[ISN] Museum's Cyberpeeping Artwork Has Its Plug Pulled

From: InfoSec News (isnat_private)
Date: Wed May 15 2002 - 00:59:56 PDT

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    May 13, 2002
    An Internet-based artwork in an exhibition at the New Museum of 
    Contemporary Art was taken offline on Friday because the work was 
    conducting surveillance of outside computers. It is not clear yet who 
    is responsible for the blacking out - the artists, the museum or its 
    Internet service provider - but the action illuminates the work's 
    central theme: the tension between public and private control of the 
    Internet. The shutdown also shows how cyberspace's gray areas can 
    enshroud museums as they embrace the evolving medium.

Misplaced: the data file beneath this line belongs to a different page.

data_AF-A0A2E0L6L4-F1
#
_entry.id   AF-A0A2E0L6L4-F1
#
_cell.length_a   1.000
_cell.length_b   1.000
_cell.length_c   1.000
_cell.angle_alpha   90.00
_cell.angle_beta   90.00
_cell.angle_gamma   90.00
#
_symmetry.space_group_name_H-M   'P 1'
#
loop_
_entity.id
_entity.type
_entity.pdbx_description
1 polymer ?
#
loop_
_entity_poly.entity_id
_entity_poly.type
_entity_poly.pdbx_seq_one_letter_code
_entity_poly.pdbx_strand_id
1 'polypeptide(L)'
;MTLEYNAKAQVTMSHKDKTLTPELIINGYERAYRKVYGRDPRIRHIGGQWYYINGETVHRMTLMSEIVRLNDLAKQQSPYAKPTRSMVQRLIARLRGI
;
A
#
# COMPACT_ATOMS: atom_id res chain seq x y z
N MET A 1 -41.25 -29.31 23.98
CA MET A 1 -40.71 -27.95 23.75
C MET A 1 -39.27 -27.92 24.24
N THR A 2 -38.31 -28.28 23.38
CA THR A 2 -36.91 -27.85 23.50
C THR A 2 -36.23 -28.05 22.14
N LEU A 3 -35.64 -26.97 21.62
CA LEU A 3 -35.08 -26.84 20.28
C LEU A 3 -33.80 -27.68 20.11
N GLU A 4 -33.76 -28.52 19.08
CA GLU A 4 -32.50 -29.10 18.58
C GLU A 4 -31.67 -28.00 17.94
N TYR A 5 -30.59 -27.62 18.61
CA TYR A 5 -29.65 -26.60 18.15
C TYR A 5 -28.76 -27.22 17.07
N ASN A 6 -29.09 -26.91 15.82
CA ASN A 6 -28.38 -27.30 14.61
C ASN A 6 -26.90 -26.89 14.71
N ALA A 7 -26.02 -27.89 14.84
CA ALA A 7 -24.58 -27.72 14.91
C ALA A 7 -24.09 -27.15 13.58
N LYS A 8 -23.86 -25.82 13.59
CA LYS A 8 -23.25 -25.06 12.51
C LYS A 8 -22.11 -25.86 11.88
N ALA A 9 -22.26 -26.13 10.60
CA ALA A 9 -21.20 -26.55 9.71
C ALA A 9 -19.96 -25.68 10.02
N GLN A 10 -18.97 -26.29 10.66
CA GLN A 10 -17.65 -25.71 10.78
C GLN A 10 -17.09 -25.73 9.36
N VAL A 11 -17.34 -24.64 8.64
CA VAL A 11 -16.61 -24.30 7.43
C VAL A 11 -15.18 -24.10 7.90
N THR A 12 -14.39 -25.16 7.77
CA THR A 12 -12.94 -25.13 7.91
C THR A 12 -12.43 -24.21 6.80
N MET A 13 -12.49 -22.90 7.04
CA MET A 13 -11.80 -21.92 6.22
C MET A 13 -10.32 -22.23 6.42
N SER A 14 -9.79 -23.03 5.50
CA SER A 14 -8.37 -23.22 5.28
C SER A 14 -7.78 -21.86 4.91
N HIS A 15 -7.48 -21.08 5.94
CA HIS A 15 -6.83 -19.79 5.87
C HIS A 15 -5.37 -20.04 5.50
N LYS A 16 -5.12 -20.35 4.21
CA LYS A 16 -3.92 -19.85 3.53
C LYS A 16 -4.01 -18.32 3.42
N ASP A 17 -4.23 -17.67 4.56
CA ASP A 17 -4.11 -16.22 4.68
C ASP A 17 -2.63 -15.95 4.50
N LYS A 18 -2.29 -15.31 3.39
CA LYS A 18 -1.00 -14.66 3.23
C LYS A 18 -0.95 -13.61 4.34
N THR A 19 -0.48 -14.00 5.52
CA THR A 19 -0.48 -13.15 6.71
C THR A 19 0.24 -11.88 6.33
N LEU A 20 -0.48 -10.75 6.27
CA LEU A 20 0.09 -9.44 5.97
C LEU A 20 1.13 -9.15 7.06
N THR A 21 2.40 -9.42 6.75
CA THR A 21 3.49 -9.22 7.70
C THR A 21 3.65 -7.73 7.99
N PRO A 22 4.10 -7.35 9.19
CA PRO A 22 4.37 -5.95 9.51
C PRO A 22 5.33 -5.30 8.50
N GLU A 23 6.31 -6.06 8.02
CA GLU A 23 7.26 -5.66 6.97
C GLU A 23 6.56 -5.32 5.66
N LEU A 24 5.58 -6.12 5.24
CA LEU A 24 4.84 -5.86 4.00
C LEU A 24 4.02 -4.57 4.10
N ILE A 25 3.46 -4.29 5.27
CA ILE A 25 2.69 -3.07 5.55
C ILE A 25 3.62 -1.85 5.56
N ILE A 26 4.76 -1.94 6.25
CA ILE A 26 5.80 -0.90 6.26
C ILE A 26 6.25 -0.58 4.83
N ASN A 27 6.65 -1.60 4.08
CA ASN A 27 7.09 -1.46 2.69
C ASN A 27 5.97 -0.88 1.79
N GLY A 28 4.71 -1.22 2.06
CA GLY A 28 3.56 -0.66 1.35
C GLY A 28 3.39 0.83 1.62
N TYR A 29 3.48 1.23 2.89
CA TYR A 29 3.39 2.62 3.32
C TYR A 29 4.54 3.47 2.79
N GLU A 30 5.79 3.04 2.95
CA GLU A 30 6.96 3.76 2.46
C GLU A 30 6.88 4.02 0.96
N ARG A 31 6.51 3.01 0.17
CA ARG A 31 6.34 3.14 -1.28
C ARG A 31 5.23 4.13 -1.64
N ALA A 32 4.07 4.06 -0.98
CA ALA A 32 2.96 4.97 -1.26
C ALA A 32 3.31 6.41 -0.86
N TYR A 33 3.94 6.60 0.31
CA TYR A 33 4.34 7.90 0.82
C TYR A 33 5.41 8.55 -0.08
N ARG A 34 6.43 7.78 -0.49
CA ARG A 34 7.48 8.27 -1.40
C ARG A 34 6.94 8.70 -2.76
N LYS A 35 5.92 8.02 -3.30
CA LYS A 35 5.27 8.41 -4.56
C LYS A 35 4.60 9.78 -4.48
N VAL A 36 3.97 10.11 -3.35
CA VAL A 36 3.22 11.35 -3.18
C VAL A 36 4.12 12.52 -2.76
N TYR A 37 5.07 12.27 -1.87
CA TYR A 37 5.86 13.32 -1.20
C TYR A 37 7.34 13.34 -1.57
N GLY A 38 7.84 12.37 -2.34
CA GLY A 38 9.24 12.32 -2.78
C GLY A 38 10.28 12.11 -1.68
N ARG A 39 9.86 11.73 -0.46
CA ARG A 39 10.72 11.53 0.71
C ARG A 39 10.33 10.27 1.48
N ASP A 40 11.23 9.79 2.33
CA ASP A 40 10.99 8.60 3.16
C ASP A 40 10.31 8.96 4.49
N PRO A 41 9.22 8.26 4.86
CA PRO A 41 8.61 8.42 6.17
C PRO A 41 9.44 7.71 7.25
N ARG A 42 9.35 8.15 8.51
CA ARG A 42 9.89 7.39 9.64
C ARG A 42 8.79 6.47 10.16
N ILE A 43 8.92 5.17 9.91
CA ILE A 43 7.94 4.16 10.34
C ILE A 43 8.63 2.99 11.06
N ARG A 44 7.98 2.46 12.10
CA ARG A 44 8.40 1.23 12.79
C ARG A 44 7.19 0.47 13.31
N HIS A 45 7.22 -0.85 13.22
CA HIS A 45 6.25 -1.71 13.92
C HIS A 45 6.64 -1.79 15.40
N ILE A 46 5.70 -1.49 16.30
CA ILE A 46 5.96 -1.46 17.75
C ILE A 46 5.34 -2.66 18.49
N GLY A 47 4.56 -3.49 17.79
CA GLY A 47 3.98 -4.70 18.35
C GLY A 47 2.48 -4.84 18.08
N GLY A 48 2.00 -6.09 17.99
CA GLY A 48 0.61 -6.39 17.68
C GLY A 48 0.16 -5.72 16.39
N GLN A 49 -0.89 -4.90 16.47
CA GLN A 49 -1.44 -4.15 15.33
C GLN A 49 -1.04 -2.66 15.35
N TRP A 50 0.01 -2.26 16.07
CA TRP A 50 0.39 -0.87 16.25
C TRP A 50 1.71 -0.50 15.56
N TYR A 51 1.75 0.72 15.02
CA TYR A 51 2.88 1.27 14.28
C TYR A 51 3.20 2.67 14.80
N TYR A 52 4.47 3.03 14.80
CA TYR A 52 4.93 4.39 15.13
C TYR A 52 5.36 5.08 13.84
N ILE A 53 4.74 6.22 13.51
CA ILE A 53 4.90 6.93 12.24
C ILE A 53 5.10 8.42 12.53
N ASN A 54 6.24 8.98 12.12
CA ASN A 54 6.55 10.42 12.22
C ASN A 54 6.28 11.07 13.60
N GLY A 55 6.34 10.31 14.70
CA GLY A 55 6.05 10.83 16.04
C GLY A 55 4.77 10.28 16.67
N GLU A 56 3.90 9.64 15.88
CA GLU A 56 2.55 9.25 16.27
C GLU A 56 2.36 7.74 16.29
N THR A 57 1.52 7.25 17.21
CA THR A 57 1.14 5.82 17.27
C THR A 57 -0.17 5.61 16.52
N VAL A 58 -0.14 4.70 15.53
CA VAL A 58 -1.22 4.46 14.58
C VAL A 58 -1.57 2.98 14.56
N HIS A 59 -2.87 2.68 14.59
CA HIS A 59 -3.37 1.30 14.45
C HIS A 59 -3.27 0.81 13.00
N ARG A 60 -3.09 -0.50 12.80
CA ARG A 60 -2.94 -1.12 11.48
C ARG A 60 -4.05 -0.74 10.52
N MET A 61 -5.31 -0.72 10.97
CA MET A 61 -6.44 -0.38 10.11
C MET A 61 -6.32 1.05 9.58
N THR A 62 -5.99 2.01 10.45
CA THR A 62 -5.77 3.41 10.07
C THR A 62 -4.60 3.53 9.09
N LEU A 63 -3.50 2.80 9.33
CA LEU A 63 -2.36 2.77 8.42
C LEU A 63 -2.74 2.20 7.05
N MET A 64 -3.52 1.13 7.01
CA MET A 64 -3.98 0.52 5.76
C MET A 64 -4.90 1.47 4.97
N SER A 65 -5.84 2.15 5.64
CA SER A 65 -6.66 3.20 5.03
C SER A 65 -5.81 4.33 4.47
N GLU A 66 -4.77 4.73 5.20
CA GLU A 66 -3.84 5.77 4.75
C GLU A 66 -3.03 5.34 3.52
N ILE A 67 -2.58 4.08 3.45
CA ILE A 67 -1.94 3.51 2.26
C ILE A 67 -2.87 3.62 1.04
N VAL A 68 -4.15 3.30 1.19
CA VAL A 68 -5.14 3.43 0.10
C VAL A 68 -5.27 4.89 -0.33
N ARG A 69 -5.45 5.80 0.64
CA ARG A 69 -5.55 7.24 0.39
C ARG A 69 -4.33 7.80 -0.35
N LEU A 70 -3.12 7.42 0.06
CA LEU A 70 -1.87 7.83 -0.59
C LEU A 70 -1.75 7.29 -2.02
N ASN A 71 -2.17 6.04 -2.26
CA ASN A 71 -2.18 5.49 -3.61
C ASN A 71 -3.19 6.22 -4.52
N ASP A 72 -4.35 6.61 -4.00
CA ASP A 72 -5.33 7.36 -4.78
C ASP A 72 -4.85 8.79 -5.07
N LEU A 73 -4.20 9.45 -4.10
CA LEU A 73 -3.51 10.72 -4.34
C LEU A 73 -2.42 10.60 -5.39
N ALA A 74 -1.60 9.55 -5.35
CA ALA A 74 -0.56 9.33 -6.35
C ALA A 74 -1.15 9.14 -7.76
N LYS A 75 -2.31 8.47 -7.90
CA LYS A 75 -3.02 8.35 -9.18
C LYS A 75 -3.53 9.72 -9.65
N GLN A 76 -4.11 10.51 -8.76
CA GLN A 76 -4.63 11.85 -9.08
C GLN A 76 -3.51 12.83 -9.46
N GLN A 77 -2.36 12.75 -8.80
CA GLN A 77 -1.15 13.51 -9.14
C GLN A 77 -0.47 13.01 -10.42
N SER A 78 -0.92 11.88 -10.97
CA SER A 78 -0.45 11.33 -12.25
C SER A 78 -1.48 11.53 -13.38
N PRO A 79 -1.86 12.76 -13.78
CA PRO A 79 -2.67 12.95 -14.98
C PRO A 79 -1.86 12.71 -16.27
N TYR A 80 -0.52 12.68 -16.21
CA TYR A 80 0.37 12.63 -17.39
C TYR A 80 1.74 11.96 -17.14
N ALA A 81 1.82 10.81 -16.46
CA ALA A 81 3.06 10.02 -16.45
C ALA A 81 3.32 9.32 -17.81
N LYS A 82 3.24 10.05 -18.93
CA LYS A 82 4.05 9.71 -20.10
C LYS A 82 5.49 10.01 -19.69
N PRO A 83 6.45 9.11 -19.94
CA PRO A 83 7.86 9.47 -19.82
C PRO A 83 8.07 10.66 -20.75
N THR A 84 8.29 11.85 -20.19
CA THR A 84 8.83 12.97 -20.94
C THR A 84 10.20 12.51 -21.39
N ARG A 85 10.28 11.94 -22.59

The work in question is "Minds of Concern: Breaking News," created by 
    Knowbotic Research, a group of digital artists in Switzerland. The 
    piece is part of "Open Source Art Hack," an exhibition at the New 
    Museum that runs through June 30. The work can be viewed as an 
    installation in the museum's SoHo galleries or online at 
    newmuseum.org. Although the installation is still in place, and the 
    work's Web site remains live, the port-scanning software that is its 
    central feature was disabled Friday evening and was inactive yesterday 
    Port scanning sounds like a cruise-ship captain's task. The term 
    actually refers to a technique for surveying how other computers are 
    connected to the Internet. The software essentially strolls through 
    the neighborhood in search of windows that have been left open. Merely 
    noticing where they are is no crime. Things get dicier, though, if 
    what is seen is conveyed to a ne'er-do-well relative, who then breaks 
    in somewhere, rearranges the furniture and makes off with a